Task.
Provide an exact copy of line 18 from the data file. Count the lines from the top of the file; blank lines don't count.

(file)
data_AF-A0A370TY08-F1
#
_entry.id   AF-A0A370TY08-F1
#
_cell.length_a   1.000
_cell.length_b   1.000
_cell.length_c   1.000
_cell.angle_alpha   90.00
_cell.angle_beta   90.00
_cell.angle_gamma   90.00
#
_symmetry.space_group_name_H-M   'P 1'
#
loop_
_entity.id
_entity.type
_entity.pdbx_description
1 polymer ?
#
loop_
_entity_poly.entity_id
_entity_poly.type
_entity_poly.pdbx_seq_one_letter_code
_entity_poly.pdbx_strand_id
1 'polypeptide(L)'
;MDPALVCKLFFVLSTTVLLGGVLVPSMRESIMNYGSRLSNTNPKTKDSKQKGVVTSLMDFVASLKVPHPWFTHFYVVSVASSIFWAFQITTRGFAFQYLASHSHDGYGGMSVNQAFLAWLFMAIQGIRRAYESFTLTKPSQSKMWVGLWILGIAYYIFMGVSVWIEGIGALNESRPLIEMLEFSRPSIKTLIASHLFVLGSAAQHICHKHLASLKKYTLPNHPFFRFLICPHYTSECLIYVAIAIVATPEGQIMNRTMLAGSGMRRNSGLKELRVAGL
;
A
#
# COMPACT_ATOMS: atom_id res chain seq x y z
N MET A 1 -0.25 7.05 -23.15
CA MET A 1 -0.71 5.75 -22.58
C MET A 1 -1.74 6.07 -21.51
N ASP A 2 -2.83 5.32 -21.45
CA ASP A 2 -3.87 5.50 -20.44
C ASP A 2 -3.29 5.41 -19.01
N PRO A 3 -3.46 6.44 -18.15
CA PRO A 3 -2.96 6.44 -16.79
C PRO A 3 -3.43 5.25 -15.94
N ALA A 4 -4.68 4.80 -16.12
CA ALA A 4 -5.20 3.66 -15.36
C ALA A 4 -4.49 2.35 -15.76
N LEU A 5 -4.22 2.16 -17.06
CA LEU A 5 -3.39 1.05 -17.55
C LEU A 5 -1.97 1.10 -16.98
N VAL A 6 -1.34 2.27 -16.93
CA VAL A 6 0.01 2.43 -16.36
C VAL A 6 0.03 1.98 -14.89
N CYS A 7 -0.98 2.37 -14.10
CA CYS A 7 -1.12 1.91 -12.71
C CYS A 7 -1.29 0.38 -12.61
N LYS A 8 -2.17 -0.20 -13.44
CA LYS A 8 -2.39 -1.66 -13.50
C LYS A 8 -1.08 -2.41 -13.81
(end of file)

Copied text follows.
1 polymer ?